It’s not easy replacing a legend, and it doesn’t get any easier when the folks in the control room remind you that the legend still gets top billing. What, they couldn’t bring themselves to give Bret Baier the same screen turf as Brit Hume? Baier’s their anchorman, for Pete’s sake. Why does the retiree get two-thirds of the turf in this two-shot? Still, even if Hume dominates the screen, he gives his protege some well-deserved kudos for a job well done:

Hume’s right about this, but it applies to any celebrity interview — which, let’s face it, is exactly the treatment Presidents get in the modern age. People used to cheer when journalists asked tough questions and put politicians on the spot, including Presidents, but that changed — and not just with Obama. Sympathy started shifting at least as far back as when Poppy Bush rid himself of the “wimp” label at the expense of Dan Rather, and arguably when people applauded Ronald Reagan for talking over the heads of reporters directly to the American people. In other words, he ignored journalists, and people loved him for it.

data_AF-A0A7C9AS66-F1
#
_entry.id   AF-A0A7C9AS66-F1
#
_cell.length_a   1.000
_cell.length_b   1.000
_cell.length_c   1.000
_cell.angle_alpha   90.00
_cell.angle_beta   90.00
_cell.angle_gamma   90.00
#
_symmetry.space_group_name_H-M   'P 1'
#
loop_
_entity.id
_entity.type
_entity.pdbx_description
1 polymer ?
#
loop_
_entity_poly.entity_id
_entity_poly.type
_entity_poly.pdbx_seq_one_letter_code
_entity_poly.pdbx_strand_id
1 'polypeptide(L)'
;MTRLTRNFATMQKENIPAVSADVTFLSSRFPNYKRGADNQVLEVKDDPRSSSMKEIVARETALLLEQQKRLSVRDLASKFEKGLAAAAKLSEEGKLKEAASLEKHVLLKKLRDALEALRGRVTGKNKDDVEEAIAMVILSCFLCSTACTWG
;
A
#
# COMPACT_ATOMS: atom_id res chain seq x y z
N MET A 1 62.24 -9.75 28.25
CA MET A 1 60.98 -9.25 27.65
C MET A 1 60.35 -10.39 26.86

So why do people side with politicians over the people who are supposed to hold them accountable? I don’t have a scientific analysis of this, but I’d suspect it came in reaction to the realization that some journalists have oversized egos and their own political axes to grind. Seeing Rather get his comeuppance from a wily Bush showed that if celebrity politicians are held in low esteem, celebrity journalists aren’t any more beloved. And for those of us on the Right, let’s not forget which side we cheered when people asked tough questions of George W. Bush, either.

At any rate, Hume rightly praises Baier’s work, as he did do a good job of refusing to let Obama off the hook for his non-answers, and clearly annoyed Obama because of that. Don’t be too surprised when people take that annoyance as an affront to the dignity of the office, which is exactly the wrong impulse.

Tags: Barack Obama